Being wishy washy and describing how the art makes you feel would be a refreshing change of pace. "playfully transgresses and explores human interaction in public spaces" is not that.

          • Well, artists statements as art, means that there's coded speech patterns embedded in it that are kind of "in jokes" in the fine art culture. Think about how weird and nonsensical /b/, or any other idiosyncratic internet forum appears to an outsider. Think about how every post on /b/ is a new mutation, a new generation of self parody.

            Artists Statements do the same sort of thing.

            • anonytroll says:

              The difference between nerdy in-jokes and artists' in-jokes is that the former tend toward the self-deprecating, while the latter tend toward the self-aggrandizing. Well, and if you're going to have in-jokes to prove how much more clever you are than the mundanes, don't get all bent out of shape when they take offense at being implicitly labeled as idiots. Especially if they're actually quite smart people, such as jwz

          • That of course doesn't put it beyond criticism. Not every post on /b/ is unmitigated genius.

          • Oh and artists, that write artists statements *love* that artists statement generator. They think it's both hilarious, and the statements it generates would actually make some great basis for some art shows.

        • jwz says:

          I spent my entire childhood in art school, and have spent a good portion of my adult life around artists of one sort or another. This is not my first rodeo. I understand how this game is played, from both sides, and why it is played at all.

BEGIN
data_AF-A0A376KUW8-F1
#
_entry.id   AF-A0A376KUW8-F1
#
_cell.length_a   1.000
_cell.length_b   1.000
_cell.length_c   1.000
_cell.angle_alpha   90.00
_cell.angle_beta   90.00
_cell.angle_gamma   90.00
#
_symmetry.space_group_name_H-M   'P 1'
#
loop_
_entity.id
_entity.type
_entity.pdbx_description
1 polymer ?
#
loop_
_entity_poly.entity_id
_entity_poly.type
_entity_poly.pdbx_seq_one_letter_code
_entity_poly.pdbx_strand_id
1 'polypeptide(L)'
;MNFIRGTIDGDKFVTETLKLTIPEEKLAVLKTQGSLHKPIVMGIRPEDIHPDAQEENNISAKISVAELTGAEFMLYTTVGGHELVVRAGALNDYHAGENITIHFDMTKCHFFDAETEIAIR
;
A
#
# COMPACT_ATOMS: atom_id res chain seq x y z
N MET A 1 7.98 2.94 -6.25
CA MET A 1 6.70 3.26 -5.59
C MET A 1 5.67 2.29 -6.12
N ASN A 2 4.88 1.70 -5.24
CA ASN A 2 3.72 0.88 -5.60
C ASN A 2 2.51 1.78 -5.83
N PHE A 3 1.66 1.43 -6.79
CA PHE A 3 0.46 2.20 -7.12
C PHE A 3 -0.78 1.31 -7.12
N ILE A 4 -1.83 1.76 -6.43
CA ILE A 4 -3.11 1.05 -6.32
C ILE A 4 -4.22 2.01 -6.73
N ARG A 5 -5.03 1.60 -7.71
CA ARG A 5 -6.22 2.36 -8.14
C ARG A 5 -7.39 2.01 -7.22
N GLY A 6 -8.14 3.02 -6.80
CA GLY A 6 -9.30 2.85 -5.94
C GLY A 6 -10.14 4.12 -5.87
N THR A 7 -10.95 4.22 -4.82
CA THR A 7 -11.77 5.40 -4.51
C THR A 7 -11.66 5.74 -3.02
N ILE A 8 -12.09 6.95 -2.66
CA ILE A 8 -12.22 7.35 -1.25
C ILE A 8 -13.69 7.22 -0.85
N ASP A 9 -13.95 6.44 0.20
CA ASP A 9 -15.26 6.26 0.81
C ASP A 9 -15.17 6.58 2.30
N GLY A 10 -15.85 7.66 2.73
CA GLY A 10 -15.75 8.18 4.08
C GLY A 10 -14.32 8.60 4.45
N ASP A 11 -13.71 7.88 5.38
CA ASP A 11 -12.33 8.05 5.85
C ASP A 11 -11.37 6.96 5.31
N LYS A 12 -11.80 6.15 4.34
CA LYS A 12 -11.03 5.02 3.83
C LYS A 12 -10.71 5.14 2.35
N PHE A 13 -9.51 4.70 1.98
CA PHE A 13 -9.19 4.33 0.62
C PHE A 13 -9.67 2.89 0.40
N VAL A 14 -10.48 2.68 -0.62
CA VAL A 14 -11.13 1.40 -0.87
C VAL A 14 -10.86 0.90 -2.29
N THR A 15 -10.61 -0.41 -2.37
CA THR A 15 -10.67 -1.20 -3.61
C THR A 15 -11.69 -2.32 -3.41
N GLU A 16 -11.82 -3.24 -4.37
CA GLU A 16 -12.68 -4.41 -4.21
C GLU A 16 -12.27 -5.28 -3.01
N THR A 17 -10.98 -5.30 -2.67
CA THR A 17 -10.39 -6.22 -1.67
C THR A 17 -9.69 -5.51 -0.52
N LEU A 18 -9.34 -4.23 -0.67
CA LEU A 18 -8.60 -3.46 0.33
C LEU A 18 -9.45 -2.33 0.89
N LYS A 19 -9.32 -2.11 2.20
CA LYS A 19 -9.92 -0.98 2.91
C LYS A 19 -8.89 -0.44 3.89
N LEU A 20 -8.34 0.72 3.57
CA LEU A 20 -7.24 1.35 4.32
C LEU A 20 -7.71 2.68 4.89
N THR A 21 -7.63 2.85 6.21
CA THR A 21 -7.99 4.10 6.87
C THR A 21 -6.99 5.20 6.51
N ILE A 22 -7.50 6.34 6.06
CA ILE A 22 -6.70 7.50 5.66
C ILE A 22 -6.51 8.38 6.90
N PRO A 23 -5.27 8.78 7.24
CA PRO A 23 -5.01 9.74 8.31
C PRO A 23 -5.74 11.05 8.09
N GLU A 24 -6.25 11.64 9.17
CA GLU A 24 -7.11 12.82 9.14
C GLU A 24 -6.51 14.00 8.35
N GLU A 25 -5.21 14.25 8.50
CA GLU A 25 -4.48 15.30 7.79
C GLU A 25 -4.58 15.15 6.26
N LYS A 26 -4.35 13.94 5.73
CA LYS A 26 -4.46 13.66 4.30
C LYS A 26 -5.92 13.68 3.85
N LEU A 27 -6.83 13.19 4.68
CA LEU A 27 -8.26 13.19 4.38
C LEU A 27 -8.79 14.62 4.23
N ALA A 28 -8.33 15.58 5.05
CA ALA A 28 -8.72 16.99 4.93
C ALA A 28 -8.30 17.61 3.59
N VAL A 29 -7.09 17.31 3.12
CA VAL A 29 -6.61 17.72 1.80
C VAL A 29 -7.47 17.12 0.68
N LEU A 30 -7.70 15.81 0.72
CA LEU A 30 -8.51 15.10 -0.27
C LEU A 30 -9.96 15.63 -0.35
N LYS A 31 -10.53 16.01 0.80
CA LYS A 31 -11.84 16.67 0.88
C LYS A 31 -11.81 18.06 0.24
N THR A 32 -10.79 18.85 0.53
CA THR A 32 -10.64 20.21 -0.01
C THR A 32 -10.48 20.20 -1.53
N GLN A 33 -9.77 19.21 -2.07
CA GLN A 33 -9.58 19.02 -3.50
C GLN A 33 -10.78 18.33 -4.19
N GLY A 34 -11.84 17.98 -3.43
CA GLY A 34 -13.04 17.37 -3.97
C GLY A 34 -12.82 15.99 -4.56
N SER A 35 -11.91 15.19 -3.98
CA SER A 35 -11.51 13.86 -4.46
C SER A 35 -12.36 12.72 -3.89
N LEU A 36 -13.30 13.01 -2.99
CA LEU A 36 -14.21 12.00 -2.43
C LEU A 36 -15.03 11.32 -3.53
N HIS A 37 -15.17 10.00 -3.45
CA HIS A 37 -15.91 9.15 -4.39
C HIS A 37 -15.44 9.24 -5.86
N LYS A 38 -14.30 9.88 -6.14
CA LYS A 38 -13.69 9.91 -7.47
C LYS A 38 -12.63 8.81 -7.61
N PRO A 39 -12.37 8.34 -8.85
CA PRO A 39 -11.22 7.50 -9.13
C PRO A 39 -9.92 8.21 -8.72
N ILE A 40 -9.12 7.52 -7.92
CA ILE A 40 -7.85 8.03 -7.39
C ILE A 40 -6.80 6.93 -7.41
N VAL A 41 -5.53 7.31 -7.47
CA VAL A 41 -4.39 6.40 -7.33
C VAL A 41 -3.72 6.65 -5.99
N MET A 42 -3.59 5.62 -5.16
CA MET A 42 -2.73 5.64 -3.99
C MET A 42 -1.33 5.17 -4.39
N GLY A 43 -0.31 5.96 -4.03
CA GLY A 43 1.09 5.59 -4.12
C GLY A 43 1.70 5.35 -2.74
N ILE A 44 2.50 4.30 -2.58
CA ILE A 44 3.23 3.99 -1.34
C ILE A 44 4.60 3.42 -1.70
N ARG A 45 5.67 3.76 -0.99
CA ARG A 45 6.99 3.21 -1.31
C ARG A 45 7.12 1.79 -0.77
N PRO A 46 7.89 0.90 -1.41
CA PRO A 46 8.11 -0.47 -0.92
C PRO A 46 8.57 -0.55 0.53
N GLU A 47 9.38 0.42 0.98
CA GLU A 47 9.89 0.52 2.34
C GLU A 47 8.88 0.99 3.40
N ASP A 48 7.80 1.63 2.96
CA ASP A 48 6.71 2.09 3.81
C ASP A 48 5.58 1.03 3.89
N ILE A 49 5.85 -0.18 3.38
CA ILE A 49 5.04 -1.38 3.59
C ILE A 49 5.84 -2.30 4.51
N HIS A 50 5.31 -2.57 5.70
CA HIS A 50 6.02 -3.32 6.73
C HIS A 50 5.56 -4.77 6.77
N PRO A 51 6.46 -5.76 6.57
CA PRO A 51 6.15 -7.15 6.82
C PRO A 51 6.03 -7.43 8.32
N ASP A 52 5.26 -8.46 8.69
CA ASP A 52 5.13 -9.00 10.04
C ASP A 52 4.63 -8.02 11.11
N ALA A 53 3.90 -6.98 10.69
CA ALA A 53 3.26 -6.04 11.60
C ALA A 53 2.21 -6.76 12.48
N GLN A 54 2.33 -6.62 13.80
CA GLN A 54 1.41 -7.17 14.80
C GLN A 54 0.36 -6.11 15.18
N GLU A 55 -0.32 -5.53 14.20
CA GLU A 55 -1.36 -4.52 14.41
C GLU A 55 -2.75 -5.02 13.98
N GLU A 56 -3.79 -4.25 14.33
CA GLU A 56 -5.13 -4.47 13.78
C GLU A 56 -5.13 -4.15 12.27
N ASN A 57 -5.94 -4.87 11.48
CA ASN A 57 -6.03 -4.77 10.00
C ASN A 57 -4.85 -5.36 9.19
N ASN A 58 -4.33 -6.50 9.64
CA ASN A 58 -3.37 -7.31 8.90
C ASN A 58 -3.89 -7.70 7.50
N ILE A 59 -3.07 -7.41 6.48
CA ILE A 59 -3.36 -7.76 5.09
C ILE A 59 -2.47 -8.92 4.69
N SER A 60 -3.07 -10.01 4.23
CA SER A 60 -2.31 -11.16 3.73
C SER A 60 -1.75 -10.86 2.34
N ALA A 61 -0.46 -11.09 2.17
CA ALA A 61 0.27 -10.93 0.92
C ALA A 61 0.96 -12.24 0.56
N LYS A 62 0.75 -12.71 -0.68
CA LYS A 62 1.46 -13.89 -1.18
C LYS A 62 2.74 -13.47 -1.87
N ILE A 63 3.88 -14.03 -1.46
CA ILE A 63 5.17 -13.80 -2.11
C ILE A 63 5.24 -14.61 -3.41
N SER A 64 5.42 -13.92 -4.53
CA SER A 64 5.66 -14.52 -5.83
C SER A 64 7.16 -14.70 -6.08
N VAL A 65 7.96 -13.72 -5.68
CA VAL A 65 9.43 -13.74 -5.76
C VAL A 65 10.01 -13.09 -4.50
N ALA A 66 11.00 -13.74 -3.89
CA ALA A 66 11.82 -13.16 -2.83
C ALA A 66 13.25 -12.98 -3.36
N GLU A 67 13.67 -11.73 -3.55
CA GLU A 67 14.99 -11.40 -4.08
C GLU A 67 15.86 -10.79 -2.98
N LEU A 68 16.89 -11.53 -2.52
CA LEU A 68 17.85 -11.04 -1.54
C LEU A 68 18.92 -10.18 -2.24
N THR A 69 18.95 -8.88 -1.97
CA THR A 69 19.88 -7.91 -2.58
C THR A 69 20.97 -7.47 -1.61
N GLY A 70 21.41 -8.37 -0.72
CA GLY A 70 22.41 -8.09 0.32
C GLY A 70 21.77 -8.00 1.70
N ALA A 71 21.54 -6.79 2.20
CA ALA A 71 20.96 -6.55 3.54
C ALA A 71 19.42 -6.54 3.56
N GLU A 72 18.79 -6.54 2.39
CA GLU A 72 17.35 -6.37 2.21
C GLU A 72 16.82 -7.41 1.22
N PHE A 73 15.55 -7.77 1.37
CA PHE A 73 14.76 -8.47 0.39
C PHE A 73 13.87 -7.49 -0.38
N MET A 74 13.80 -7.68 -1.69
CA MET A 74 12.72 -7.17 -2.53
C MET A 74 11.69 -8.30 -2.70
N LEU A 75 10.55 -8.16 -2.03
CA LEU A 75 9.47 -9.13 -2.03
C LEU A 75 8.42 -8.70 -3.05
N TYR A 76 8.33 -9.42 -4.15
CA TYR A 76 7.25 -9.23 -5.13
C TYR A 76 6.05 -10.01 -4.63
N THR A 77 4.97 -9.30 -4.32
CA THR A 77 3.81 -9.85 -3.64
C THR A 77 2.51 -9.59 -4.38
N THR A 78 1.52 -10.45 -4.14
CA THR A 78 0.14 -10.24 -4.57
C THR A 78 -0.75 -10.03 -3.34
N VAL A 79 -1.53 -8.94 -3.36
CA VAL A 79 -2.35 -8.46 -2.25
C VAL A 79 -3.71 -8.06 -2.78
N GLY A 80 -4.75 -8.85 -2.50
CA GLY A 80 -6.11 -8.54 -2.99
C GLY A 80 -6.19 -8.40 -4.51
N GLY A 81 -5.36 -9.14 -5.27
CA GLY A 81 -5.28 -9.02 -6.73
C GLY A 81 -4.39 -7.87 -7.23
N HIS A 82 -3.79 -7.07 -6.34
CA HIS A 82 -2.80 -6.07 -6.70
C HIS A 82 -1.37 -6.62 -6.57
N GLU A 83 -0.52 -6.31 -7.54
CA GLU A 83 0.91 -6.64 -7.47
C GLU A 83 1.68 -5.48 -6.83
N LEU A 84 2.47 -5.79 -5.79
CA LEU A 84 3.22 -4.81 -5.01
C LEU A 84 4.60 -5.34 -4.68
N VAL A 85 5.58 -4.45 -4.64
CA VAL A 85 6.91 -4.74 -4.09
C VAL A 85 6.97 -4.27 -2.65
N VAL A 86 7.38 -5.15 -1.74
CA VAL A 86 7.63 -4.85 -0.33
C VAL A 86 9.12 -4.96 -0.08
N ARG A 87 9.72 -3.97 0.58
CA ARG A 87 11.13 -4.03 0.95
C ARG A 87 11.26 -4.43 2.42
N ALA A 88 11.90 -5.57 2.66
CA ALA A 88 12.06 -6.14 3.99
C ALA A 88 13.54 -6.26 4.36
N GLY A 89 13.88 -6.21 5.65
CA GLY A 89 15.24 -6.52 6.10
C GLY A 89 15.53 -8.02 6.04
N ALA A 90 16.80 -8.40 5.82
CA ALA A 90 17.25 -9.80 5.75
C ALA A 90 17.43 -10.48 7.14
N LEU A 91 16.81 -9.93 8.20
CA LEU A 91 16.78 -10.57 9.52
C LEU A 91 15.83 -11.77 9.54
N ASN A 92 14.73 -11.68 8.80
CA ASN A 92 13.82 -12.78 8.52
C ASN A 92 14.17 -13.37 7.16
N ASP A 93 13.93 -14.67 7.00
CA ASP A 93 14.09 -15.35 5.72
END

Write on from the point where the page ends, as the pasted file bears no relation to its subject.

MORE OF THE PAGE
You are subscribing to the absurd notion that people who write "artist statements" are trying to actually explain something, rather than trying to A) get funding, B) be "taken seriously", C) obfuscate, or D) hide their insecurities.

          You are, with very, very few exceptions, wrong. In other words,

          Art bullshit is bullshit. *

          * "Bollocks".

          • My mother was an artist and an art critic. I spent my entire childhood being shuffled from art show to art show, talking with artists, looking at art. I went to art school etc. etc. I subscribe to no such absurd notion, and to a great degree, you've hit the nail exactly on the head about *why* artists statements are written. The only point at which I disagree is that they're "bullocks" aka, "nonsense" aka "devoid of meaning".

      • Conversely, the reaction to arty bullocks along the lines of "Oh come on, it's *just* a (insert dry description of what you see here)" is also a bit strange. of course it's not just those words. Every cultural act is intricately interlinked with everything that humans do. To try and simplify it and quantify it as a set of logical descriptors is a very computer programmery thing to do, but it doesn't really do justice to the work of the artist.

      • I suppose I also see that JWZ only sees the value in this particular work for its /entertainment/ value. Amusement and joy is a fine emotion to appeal to, and there's lots of money to be made there- In movies, books, tv shows, videogames.

        But, you know, there's emotions other than just amusement, and art that appeals to *those* emotions has value too.

  4. Dr. Eggroll says:

    So really it's not so different than trying to get service from a bitchy bartender.

  5. Juha Autero says:

    Here is another video from Charlotte Young.